Which Hand Plane Should You Buy?
In a recent segment of my Hand Plane Foundations course, I made some recommendations for someone purchasing their first hand plane. Far too often I see blanket recommendations made for the best first hand plane. The problem with the majority of these recommendations is that they don’t take into consideration the individual’s staring point. This is a critical mistake in my opinion as not everyone will get the same benefit from the same planes.
Take for example a woodworker that’s been involved in the craft using machines for a few years. This person has a power jointer and planer in their shop, but wants to start incorporating more hand tools into their work. In this case, I’d recommend starting with a smoothing plane.
Let’s face it, this woodworker is flattening, jointing and thicknessing lumber with machines. They aren’t going to get much use out of a jack plane or jointer plane. Rather, they’re going to see the most benefit using a plane to do the majority of their surface prep before applying finish. That means a smoothing plane will be the best first plane for them. Using a smoothing plane before, or in place of sanding will make surface preparation much faster, and much less dusty.
What about someone that doesn’t have a power jointer, but does have a thickness planer? This person needs a hand plane for more than just smoothing surfaces prior to applying finish. So for them, I’d recommend starting with a jointer plane.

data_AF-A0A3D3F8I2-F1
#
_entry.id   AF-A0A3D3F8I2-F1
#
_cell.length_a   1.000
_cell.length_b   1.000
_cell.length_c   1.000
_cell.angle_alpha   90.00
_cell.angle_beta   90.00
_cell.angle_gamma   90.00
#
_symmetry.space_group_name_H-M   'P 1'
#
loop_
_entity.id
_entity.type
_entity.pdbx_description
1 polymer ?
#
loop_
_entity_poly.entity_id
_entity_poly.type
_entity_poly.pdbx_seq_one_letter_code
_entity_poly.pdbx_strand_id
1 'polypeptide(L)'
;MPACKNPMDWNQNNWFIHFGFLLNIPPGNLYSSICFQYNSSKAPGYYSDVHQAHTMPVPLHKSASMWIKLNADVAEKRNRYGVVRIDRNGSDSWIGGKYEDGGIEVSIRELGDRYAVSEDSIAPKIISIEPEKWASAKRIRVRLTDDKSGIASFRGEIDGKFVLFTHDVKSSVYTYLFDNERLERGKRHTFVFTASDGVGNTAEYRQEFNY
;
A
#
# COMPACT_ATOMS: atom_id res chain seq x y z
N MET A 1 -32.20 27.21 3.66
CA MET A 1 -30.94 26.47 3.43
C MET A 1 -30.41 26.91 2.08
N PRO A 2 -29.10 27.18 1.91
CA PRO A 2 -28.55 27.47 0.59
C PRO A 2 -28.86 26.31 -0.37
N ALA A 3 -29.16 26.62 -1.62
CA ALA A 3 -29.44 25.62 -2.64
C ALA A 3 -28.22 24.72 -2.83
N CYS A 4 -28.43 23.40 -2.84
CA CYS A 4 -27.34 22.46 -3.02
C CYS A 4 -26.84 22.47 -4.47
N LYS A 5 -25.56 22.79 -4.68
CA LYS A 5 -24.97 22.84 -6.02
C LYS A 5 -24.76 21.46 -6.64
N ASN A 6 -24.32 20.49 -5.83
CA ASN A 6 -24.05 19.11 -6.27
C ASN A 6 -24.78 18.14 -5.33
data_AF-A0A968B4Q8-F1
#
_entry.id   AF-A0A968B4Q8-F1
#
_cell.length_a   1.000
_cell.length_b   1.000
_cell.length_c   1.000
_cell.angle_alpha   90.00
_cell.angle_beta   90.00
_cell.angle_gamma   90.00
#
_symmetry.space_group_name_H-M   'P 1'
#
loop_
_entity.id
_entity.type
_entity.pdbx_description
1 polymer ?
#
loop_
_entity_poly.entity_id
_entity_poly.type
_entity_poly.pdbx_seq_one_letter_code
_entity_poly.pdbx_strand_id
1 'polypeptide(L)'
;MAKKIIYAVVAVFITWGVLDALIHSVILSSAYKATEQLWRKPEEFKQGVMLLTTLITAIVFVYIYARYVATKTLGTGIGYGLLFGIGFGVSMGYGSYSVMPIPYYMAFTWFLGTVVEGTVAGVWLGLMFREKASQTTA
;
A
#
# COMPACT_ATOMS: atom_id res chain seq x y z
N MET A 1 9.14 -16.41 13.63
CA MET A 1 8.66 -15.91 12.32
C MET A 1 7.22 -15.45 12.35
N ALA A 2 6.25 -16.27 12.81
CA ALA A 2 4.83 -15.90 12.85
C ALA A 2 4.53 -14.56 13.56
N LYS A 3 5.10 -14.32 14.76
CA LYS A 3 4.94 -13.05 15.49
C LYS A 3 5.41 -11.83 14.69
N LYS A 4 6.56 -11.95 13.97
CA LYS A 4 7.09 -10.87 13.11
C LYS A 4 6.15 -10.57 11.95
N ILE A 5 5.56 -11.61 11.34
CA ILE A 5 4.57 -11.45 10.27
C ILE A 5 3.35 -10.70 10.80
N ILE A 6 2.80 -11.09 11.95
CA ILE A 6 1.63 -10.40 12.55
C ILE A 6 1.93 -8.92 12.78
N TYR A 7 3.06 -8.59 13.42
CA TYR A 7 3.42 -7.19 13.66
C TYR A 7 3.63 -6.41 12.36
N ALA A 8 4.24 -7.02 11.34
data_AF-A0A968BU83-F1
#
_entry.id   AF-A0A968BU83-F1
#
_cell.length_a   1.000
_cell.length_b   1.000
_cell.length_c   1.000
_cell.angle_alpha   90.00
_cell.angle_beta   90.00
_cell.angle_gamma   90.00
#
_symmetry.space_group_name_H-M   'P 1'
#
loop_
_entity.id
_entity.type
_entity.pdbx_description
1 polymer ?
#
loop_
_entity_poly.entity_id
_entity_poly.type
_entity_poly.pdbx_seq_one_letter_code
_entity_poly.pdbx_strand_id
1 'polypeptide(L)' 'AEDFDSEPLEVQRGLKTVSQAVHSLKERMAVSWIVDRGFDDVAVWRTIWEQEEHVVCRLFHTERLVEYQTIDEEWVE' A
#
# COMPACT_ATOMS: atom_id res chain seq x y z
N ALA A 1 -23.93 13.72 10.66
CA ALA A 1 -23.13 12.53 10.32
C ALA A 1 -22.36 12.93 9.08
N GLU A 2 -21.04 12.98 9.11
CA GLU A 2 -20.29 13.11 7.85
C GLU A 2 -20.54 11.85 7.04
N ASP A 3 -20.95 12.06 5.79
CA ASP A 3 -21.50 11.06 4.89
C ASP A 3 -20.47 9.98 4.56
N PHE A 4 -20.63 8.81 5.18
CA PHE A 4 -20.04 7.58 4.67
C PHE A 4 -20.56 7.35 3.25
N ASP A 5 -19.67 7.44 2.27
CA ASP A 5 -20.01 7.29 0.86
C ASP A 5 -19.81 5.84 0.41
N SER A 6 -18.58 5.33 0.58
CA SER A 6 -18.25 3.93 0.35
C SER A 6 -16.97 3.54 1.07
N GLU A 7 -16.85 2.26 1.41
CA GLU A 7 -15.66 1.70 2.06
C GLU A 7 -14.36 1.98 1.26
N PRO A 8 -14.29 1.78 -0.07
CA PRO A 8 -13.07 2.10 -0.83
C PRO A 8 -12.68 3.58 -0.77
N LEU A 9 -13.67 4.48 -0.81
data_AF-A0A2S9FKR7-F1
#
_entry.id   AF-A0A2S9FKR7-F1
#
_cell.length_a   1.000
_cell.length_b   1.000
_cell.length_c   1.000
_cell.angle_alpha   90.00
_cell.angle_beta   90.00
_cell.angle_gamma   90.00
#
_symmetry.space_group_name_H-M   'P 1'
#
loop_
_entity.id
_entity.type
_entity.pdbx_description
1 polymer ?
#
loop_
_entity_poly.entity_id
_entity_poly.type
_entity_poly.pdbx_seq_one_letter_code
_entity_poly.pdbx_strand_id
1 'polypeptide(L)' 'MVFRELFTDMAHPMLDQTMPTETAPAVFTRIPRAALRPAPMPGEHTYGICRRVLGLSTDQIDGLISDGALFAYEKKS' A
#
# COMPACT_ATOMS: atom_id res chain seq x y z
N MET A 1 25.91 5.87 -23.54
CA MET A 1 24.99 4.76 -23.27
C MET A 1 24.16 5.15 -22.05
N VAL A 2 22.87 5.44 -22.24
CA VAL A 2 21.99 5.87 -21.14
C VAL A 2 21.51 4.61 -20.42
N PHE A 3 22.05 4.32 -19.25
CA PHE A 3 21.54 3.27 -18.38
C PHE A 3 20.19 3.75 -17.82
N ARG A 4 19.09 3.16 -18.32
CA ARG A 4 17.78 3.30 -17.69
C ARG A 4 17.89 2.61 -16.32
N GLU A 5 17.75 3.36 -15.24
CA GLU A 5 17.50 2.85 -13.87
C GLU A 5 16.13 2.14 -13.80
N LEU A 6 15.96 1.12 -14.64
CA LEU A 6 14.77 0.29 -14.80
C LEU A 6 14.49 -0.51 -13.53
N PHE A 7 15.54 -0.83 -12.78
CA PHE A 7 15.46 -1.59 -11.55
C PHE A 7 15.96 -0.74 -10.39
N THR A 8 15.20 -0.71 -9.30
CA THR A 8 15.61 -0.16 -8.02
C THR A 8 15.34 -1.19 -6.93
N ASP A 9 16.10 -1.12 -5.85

Edge jointing and flattening board faces are critical tasks during just about every project. A thickness planer alone doesn’t make boards flat, and it cannot edge joint. For these tasks, the jointer plane reigns supreme. The long sole makes flattening and edge jointing its specialty, so it’s the ideal tool in this case.
Finally, what about the woodworker that has neither a power jointer nor thickness planer? If they don’t want to purchase pre-milled lumber, they’re going to have to do all of their milling with hand planes. So for them, I’d start with a jack plane, but add a jointer plane soon after.
Jack planes and jointer plane are not just different sizes, they have different blade profiles suited to different tasks. The jack plane is typically set up for quick, rough work, and the jointer plane is usually set finer. While the jack plane can be set up like a jointer, it’s shorter length is a disadvantage for those tasks. And while the jointer plane can be set up for rough work, its weight will exhaust the user when used in that way. So in this case, the ideal solution is to start with the jack plane and buy a jointer plane soon after.
So if you’re new to hand planes and looking to purchase your first one, don’t just blindly purchase any old bench plane. Consider your current situation and the tools that you already have and choose a plane that will either give you capabilities that you don’t currently have, or one that will improve your current processes. There’s no one size fits all first hand plane. Assess your own situation, and choose the type of plane to buy according to your own personal needs.
Very good hand plane advice for multiple woodworking situations such as machine use variables and the choice of hand plane type. Great article for hand tool enthusiasts like me. It is a great way to get into the moment and experience making something even if it is just a flat and square board.